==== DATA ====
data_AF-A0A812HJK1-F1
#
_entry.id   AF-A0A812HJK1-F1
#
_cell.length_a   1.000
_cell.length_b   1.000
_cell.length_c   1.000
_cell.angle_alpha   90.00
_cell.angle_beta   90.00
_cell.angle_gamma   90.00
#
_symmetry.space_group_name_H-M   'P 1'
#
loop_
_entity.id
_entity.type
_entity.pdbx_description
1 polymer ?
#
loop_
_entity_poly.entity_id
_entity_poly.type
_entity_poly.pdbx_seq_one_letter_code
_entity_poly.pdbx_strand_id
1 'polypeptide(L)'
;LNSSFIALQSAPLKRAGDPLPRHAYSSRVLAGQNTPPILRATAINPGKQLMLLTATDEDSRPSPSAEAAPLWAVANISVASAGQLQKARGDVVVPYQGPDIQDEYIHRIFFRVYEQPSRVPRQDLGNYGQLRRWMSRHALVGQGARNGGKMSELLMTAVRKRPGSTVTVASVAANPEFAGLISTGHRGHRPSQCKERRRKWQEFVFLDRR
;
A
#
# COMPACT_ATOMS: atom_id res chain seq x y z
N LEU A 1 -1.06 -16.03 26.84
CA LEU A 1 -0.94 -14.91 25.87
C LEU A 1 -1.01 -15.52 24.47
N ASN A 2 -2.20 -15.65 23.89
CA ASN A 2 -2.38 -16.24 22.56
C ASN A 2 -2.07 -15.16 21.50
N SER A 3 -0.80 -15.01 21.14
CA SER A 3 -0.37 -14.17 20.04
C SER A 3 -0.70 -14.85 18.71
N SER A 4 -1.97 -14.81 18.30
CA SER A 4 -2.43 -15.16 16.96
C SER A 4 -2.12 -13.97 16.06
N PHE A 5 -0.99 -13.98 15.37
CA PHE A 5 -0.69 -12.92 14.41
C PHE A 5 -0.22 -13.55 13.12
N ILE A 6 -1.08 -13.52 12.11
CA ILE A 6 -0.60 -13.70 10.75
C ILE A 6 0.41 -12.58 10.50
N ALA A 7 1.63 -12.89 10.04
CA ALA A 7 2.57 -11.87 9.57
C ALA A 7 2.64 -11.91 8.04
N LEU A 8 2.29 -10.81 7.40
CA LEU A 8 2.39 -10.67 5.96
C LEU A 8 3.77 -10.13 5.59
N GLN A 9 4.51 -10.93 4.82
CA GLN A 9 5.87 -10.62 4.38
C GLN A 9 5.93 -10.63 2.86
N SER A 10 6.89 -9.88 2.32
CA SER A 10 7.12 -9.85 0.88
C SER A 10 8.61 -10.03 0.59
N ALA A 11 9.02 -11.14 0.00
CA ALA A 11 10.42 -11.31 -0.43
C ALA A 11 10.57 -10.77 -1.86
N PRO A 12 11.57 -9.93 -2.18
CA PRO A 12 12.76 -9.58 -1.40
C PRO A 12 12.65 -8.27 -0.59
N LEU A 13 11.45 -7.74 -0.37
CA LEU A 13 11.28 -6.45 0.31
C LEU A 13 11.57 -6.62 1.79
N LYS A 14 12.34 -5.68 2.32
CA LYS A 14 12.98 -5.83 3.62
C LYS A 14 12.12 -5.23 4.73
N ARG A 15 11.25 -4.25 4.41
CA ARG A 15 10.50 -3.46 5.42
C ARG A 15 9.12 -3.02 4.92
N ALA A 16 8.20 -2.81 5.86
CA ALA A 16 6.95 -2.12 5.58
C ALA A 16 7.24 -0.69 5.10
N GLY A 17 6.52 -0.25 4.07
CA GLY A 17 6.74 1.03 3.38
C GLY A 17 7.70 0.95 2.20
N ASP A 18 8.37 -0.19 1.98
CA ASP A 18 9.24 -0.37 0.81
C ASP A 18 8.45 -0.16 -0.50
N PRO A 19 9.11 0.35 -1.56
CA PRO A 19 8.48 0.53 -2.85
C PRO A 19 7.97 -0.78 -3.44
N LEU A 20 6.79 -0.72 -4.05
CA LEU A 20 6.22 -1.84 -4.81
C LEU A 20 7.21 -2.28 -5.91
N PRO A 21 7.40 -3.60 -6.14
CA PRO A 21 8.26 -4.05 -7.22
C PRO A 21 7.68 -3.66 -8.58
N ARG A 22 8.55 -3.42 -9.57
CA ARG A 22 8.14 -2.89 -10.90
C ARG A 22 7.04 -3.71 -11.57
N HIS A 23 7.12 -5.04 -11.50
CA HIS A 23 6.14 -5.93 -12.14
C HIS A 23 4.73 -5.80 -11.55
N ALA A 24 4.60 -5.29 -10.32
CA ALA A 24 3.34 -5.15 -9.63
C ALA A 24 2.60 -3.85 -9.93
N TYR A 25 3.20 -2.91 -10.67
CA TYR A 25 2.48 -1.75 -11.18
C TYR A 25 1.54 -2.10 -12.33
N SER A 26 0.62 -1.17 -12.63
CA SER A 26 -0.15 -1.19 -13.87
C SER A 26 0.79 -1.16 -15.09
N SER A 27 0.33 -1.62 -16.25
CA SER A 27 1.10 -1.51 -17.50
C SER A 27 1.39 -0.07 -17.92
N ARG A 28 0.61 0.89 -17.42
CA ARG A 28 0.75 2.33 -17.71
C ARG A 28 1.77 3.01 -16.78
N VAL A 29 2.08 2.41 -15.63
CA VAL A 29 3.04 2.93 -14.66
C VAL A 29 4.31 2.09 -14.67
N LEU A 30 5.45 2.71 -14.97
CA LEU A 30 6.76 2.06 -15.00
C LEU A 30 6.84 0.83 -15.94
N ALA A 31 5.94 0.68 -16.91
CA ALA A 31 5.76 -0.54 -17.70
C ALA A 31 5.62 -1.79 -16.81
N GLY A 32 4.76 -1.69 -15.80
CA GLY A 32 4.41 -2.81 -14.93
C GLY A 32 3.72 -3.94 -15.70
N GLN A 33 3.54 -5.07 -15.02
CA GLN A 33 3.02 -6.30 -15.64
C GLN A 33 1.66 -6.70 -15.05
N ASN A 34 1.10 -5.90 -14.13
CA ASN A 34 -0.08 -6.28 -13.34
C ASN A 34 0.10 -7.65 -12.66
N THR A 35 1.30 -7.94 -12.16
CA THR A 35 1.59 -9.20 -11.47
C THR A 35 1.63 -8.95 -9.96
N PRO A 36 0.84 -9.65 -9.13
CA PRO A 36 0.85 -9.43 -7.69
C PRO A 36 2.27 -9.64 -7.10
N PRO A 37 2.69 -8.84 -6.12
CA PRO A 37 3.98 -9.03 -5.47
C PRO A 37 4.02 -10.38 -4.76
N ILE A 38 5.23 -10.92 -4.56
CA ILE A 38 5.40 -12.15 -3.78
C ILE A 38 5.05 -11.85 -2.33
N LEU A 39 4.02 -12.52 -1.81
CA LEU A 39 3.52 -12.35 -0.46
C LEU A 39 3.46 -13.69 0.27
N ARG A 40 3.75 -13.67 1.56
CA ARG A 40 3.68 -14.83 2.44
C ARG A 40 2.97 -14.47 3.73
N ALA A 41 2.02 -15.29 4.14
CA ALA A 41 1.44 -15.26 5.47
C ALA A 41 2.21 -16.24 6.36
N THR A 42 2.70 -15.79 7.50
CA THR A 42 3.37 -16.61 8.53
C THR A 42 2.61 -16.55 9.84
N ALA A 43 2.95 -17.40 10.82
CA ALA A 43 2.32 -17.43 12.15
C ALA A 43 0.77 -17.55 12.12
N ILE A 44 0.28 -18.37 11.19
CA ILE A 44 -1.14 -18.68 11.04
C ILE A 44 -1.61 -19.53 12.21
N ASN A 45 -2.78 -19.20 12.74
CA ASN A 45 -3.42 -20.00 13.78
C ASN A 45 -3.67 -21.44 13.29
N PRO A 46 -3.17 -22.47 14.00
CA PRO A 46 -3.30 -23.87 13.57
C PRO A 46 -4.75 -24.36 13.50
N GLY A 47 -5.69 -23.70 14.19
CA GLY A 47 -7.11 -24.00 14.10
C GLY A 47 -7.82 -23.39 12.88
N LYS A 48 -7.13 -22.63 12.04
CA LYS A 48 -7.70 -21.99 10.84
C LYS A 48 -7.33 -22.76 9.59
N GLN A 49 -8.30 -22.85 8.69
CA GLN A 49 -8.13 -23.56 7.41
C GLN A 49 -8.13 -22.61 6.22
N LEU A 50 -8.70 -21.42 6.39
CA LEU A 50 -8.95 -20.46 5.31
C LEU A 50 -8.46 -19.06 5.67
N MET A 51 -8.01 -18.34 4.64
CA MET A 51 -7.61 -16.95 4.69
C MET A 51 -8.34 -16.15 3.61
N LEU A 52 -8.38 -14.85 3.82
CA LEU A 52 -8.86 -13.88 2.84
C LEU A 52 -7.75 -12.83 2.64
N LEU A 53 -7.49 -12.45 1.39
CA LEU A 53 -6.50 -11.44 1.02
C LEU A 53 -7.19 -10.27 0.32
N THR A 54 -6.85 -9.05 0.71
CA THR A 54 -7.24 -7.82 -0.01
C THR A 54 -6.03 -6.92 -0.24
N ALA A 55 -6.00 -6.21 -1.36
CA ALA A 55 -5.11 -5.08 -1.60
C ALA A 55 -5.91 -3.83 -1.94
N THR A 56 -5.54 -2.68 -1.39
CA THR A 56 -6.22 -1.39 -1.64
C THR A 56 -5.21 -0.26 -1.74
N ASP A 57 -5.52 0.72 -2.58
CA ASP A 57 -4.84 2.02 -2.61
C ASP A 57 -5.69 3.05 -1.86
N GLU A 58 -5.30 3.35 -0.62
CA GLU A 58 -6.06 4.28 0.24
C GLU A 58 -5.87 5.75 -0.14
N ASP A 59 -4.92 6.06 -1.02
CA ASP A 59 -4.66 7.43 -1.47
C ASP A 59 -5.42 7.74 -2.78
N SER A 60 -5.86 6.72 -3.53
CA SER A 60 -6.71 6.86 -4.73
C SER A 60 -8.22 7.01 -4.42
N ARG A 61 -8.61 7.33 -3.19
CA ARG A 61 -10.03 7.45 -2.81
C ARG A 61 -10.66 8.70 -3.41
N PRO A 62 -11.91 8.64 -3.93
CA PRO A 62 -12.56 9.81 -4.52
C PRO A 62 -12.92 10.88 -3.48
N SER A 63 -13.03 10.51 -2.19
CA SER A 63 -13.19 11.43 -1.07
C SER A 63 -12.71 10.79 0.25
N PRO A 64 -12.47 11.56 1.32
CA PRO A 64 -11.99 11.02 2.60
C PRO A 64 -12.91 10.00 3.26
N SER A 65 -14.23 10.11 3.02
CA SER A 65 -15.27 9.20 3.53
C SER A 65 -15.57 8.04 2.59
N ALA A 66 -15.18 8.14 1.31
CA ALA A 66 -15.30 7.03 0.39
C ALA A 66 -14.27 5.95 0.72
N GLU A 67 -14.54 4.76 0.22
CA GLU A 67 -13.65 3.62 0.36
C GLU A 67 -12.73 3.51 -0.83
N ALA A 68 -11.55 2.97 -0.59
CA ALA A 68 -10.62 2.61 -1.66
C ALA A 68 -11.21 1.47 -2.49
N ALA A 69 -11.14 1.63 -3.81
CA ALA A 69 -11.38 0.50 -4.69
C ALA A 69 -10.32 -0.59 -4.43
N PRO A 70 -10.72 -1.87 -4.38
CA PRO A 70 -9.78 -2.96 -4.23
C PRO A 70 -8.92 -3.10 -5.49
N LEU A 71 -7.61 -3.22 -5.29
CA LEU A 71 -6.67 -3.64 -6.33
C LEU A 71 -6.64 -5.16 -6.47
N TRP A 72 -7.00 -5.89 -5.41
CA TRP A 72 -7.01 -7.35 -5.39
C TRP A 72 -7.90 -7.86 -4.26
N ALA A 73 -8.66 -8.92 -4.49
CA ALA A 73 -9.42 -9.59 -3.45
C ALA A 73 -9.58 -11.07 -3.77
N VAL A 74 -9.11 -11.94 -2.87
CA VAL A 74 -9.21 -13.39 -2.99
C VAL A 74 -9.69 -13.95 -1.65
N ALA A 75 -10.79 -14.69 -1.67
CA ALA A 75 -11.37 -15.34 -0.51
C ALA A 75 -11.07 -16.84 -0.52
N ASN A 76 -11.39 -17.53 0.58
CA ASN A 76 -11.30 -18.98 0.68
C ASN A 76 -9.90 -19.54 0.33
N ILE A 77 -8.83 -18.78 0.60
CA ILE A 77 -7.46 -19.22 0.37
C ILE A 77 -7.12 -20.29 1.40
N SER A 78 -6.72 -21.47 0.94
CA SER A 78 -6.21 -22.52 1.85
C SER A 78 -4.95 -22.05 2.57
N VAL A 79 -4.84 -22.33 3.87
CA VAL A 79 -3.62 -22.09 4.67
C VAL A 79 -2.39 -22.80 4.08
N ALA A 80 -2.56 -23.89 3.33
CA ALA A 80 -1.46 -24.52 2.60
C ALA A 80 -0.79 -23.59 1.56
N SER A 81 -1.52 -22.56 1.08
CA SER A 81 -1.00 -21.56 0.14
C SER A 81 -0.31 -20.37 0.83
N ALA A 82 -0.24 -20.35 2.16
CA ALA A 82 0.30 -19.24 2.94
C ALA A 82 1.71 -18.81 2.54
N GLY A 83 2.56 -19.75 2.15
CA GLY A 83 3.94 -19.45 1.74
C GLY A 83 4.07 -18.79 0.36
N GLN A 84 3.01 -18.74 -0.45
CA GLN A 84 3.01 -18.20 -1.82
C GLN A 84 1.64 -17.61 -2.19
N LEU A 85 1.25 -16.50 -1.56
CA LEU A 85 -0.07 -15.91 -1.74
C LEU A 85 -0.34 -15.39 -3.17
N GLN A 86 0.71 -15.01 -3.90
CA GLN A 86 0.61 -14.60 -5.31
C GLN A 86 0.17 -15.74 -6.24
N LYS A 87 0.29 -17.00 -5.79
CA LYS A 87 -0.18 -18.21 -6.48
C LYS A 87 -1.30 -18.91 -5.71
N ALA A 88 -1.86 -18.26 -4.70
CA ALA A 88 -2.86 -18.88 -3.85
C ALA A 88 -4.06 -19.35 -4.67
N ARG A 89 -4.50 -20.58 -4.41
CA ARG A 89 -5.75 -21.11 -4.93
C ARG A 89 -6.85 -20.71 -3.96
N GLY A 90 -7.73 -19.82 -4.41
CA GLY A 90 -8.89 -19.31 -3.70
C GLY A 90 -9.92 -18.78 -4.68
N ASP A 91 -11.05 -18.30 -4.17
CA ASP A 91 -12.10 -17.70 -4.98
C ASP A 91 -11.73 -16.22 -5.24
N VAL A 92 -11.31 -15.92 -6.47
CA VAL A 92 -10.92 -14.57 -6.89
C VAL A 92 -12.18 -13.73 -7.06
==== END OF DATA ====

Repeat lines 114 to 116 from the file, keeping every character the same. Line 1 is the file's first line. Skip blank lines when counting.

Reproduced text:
C ARG A 28 1.77 3.01 -16.78
N VAL A 29 2.08 2.41 -15.63
CA VAL A 29 3.04 2.93 -14.66